Employment-First Circuit Rules That Plaintiff Produced Sufficient Evidence To Avoid Summary Judgment On His Age Discrimination Claim

In Acevedo-Parrilla v. Norvatis Ex-Lax, Inc., No. 10-2276 (1st Cir. 2012), the plaintiff, Hernán Acevedo-Parrilla (“Acevedo”), was appealing the district court’s award of summary judgment to his former employer, Norvatis Ex-Lax, Inc. ( “the Company”), on his claims that his job was terminated due to age discrimination in violation of the Age Discrimination in Employment Act (the “ADEA”).

In analyzing the case, the First Circuit Court of Appeals (the “Court”) said that, to establish the occurrence of age discrimination in violation of the ADEA, under the McDonnell Douglas framework used for such purposes: (1) the plaintiff must make out a prima facie case of the violation, (2) if the plaintiff succeeds, the employer then has the burden of producing a legitimate, non-discriminatory reason for the job termination, and (3) if the employer succeeds, the plaintiff then must prove by a preponderance of the evidence that the employer’s alleged nondiscriminatory reason was in fact a pretext for discrimination. Here, the Court found that the case got by (1) and (2). But what about (3)?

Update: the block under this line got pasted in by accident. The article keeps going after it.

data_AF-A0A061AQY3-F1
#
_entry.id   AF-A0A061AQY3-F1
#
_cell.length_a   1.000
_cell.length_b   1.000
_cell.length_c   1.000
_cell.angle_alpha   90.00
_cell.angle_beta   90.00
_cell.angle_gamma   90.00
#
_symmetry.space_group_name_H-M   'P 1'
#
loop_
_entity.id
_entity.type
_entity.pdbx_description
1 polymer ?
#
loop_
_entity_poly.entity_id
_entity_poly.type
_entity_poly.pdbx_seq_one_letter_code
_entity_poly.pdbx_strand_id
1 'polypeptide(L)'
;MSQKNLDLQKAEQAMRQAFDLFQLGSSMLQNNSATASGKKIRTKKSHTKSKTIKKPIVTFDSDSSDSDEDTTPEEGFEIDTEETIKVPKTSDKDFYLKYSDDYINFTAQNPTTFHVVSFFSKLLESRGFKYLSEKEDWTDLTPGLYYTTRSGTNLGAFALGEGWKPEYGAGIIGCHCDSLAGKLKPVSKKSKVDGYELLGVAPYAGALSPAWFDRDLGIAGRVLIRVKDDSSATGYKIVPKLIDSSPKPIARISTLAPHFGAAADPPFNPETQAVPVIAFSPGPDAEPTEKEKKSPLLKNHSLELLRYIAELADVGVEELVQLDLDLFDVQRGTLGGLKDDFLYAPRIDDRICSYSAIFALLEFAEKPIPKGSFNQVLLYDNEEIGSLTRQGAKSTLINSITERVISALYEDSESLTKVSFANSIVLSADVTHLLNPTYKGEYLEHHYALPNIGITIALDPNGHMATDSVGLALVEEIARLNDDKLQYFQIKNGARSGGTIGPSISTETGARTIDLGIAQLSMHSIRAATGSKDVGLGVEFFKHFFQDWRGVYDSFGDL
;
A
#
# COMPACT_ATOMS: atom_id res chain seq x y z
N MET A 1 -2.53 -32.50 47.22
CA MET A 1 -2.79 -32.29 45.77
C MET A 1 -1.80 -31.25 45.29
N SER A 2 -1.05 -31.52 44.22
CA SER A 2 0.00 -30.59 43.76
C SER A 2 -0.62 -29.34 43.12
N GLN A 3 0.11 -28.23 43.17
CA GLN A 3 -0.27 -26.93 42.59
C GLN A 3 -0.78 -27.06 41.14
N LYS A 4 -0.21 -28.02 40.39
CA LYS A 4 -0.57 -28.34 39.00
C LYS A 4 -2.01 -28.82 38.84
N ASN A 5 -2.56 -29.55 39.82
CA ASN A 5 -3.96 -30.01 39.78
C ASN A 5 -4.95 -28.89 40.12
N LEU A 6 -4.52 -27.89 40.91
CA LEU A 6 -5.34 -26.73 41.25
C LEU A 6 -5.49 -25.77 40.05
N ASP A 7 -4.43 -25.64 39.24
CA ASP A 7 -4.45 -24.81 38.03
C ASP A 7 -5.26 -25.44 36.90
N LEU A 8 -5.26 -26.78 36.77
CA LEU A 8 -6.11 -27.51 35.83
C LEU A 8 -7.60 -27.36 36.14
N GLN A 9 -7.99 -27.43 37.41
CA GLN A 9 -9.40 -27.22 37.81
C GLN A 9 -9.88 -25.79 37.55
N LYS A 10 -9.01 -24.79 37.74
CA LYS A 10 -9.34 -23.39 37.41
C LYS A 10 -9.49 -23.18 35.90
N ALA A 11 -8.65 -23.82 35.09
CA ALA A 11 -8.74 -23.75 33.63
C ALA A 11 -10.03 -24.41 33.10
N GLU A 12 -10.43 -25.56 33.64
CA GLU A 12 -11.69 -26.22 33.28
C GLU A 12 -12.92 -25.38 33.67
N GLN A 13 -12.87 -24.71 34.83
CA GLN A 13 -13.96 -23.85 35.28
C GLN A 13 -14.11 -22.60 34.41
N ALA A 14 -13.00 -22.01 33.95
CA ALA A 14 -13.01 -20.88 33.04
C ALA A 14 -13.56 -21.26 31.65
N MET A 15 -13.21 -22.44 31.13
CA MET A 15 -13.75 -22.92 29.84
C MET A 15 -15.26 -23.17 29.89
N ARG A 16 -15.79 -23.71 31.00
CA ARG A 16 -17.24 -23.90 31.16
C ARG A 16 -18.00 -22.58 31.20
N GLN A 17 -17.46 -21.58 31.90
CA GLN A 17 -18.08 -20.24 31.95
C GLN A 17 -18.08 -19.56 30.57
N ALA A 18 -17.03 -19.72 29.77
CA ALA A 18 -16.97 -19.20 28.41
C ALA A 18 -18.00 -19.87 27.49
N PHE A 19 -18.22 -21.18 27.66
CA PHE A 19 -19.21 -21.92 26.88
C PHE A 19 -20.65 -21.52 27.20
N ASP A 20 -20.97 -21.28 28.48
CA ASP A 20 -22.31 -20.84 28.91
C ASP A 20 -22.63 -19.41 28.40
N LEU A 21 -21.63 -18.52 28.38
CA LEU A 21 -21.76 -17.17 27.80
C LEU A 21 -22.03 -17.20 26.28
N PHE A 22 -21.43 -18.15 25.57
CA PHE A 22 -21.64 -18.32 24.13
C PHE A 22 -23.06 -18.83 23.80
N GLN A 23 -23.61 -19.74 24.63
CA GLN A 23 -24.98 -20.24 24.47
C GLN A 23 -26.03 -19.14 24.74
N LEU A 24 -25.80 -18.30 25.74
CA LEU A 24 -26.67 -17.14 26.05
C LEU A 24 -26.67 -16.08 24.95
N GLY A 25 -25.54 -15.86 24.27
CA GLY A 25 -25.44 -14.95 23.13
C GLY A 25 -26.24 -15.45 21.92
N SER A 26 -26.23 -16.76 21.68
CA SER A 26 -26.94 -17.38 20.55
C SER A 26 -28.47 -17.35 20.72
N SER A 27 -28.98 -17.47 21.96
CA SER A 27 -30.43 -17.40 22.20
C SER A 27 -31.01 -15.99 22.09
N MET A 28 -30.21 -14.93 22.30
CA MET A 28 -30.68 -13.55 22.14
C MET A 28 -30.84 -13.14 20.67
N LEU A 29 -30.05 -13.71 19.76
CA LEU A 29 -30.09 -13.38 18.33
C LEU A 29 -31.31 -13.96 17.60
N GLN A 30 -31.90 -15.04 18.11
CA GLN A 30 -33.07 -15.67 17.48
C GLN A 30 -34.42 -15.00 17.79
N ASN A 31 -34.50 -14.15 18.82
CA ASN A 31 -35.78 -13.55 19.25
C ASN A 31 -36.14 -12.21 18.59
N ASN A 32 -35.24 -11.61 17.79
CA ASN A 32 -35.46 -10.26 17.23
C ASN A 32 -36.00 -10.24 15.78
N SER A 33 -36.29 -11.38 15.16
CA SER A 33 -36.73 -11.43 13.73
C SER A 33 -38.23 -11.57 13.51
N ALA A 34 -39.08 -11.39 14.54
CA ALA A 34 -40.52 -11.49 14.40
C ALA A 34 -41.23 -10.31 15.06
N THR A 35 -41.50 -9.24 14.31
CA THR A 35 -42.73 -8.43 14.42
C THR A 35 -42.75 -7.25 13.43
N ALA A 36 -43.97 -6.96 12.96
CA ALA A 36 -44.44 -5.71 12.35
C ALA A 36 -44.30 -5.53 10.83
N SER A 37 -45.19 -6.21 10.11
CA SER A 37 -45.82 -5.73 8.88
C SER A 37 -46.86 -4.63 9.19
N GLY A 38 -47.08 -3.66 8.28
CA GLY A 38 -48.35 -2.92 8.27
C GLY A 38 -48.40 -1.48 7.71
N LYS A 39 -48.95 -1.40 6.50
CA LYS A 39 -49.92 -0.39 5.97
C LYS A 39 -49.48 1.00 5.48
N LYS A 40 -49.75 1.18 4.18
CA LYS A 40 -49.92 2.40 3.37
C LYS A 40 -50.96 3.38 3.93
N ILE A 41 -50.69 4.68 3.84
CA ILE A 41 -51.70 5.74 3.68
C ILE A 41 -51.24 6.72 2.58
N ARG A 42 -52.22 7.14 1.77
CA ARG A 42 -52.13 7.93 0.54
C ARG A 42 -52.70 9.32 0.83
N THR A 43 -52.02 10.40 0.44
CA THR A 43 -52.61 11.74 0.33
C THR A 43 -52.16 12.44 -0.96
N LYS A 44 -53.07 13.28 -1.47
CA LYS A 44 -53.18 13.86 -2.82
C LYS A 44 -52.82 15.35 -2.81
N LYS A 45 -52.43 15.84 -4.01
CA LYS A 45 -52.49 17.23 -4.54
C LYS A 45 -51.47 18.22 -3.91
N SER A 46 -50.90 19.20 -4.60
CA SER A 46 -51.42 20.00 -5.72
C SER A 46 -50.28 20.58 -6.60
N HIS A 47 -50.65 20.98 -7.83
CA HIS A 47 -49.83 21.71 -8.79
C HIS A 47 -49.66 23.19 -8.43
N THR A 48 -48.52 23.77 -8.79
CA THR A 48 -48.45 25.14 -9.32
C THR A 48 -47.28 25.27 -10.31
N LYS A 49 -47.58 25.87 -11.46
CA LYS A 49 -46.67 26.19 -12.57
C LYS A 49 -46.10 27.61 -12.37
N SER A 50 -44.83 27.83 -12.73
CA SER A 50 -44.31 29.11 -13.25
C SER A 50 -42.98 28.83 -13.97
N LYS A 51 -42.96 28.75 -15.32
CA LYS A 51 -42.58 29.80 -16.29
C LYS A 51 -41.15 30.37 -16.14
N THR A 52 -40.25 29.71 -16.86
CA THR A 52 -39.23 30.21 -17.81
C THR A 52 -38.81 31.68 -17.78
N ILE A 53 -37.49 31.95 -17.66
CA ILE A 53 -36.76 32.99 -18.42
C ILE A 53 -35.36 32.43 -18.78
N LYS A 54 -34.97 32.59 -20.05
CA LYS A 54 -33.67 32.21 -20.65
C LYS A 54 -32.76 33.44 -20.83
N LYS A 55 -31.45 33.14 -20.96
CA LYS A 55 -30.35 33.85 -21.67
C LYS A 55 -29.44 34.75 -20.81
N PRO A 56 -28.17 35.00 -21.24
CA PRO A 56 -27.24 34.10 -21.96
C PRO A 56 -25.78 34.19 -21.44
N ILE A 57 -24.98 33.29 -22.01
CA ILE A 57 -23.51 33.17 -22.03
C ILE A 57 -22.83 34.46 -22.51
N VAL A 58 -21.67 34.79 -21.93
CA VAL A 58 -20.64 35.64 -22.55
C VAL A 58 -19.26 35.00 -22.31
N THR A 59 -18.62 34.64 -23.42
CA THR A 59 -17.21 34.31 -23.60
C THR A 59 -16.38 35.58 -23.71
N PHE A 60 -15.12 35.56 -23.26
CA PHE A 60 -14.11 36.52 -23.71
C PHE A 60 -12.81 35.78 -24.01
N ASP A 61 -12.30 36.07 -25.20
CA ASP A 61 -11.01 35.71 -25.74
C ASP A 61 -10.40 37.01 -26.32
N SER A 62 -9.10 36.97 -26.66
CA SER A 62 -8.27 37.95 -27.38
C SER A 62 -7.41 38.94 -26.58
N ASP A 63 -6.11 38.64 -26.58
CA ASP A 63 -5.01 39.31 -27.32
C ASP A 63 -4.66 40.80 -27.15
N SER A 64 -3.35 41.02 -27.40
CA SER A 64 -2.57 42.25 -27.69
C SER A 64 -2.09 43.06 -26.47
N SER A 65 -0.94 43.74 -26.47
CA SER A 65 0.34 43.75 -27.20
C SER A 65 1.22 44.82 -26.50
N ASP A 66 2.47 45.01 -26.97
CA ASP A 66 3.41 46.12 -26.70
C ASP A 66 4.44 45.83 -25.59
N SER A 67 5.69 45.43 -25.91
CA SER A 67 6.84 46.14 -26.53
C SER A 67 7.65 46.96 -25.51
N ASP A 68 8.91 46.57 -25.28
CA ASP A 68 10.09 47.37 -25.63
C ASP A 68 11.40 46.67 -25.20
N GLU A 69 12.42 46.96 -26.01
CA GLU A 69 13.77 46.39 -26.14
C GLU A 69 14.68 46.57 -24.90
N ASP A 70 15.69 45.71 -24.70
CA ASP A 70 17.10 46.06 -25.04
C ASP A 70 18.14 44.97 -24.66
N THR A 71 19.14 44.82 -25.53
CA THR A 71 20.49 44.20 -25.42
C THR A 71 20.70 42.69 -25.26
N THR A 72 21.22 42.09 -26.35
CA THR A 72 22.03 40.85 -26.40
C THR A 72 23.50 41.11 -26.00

The Court said that, for a plaintiff to avoid summary judgment at stage (3), he must have provided minimally sufficient evidence that the termination of his employment was motivated by age discrimination. The Court found that the record contains sufficient evidence from which a jury could conclude that the Company’s reason for terminating Acevedo was pretextual, and that the true reason for his termination was discrimination based on his age. In reaching this conclusion, the Court pointed to: (a) inconsistencies between the Company’s stated reasons for terminating Acevedo and Acevedo’s performance record at the Company, (b) a lack of credibility that may be ascribed by a jury to certain of the Company’s justifications for dismissal, and, most importantly to the Court, (c) the fact that in response to arguably similar conduct by Acevedo’s younger replacement, the Company took no disciplinary action. Accordingly, the Court reversed the district court’s grant of summary judgment, and remanded the case back to the district court.